We toured IE8 back when its beta first dropped and found it inching closer to becoming a viable browser. IE9 takes another big step closer, introducing a new streamlined interface, higher performance, Windows 7 integration and more.
Click on any of the images below to get a closer look.
The first thing you’ll notice when launching IE9 is that the interface is completely new and takes up very little vertical space. Gone are the days of a million toolbars and lost screen real estate; in fact, the top toolbar is even more pixel-friendly than Chrome. It combines the most important navigation buttons, unified search and address bar, tabs and options buttons all on the same line. You can resize the address bar if need be too, to fit your preferences, and all your options are available under one unified button, just like the newest version of Chrome. The address bar is pretty handy, giving you suggestions from your history and from Bing, complete with inline images to help you find what you’re looking for. You can, of course, add other search engines if you so desire.
Standards and Performance
IE9 takes a flying leap towards its competitors in the under-the-hood realm, adding hardware acceleration (using your GPU to help render more intensive web apps) and lots of HTML5 support. Microsoft has a nice Test Drive page from which you can test these features out through little games and video demos. It’s certainly not without a few issues (one of the games crashed my display driver, though there’s no way to tell whether that was the browser’s fault), and there are definitely a few random rendering issues. It is, of course, a huge step up from IE8 and it’s still in beta, so I’m sure we’ll see any issues resolved as time goes by. And as far as regular browsing goes, it’s the snappiest IE we’ve seen yet.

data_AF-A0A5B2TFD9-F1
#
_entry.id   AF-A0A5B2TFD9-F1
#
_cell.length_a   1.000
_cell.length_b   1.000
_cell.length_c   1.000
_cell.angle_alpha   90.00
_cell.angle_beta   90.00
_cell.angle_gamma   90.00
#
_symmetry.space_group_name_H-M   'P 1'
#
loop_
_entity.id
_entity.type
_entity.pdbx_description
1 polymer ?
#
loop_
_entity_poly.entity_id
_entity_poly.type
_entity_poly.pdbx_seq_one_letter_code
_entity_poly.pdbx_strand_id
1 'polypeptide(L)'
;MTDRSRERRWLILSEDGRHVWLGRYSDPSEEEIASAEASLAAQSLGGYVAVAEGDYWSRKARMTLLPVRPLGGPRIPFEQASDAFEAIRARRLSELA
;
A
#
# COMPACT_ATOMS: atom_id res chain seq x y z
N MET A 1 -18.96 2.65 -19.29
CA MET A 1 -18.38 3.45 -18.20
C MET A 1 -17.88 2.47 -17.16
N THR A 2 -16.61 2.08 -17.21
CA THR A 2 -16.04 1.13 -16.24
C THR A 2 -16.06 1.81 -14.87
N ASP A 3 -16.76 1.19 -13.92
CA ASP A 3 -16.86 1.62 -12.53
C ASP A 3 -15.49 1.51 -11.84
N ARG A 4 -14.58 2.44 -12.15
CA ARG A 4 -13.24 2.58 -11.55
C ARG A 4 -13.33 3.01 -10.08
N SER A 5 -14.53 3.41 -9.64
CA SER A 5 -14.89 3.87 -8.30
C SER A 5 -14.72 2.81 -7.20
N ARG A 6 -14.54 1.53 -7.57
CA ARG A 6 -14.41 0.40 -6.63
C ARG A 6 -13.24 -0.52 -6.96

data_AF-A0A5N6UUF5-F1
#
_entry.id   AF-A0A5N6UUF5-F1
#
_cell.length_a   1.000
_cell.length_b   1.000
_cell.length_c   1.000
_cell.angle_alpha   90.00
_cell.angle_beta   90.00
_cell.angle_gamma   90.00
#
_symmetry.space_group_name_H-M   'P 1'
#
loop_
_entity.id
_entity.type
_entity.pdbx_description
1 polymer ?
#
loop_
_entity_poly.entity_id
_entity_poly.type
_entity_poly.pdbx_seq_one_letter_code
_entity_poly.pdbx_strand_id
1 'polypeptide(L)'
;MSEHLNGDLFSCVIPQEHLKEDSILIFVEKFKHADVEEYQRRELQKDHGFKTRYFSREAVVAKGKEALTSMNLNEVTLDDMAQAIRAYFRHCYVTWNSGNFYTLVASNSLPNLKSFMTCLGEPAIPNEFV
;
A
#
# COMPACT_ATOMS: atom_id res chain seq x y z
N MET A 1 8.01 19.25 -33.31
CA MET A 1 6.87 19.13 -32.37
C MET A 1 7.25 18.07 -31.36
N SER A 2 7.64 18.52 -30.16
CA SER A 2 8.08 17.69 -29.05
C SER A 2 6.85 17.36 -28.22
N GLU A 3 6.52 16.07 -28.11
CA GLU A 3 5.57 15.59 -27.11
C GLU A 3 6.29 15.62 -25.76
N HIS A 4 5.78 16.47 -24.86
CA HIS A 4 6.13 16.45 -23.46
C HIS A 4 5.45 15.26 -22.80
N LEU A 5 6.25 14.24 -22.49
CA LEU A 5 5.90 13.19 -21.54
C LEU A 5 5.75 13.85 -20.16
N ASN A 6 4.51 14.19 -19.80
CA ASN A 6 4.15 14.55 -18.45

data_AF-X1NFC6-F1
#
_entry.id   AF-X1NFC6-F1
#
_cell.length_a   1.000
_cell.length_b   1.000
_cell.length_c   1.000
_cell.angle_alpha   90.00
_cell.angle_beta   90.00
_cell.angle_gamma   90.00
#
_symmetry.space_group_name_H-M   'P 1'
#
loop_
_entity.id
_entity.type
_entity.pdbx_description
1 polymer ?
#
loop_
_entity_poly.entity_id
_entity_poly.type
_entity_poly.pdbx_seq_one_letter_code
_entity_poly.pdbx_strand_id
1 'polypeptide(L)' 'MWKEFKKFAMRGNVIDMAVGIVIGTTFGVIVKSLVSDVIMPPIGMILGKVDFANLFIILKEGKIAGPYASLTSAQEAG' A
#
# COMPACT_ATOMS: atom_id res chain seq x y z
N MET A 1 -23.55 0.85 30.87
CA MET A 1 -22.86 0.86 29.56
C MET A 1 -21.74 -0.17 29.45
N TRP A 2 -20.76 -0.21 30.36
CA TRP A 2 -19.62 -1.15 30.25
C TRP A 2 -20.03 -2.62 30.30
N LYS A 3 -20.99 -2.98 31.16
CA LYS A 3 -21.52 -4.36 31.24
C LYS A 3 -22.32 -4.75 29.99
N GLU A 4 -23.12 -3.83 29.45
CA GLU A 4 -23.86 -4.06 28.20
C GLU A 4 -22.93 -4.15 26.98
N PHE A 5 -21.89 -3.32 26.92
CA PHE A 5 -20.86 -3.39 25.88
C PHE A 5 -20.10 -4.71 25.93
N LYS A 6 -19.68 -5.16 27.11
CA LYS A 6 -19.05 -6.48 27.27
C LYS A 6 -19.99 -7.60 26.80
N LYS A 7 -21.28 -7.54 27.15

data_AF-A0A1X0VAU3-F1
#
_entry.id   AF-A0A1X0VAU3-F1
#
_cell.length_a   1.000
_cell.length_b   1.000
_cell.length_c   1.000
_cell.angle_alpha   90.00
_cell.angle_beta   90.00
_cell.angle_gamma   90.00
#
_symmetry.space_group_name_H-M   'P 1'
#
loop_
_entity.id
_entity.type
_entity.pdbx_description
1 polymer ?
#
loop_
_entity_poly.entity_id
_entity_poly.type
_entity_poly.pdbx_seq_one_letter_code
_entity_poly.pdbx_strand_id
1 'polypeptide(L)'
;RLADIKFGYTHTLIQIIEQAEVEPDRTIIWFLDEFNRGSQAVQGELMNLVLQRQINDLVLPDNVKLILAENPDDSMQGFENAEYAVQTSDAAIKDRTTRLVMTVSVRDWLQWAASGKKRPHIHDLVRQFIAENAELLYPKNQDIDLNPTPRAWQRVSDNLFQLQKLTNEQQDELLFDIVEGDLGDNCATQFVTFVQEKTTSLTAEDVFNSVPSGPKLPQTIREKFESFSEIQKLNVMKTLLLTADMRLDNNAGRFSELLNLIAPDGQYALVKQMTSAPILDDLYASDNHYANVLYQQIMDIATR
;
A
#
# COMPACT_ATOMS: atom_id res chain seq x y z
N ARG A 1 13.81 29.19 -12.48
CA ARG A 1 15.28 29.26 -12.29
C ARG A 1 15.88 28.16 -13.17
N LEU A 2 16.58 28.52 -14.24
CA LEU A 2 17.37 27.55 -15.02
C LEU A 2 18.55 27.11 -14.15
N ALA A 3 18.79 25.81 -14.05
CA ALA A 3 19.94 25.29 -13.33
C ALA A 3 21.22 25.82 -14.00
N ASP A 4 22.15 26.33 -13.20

Windows 7-Supported Application Shortcuts
While Chrome became popular for its ability to create “Application Shortcuts” to web apps that you can pin to the taskbar, Microsoft has taken it a step further by partnering with certain web services like Facebook and Twitter to create their own taskbar-docked bookmarks, complete with jumplist support. For example, dragging the Facebook URL from the address bar down to the taskbar will give me a shortcut with a jumplist that can navigate me to specific parts of the site, like my news feed, profile or inbox. Then, when you open it up, it will open in its own window, with all the buttons matching the colour scheme of the site itself.
Finally, like Firefox and other popular browsers, Internet Explorer has a nice little window from which you can monitor and manage your downloads. It’s not revolutionary, but if you prefer this method to the way IE used to do it (or the way Chrome still does it), it’s a pretty welcome change.
The new tab page looks a lot like Chrome’s, featuring your most recently visited pages. It’s not nearly as good-looking as the other ones out there, but it’s useful nonetheless. You can download the beta right now; just hit the link below to check it out.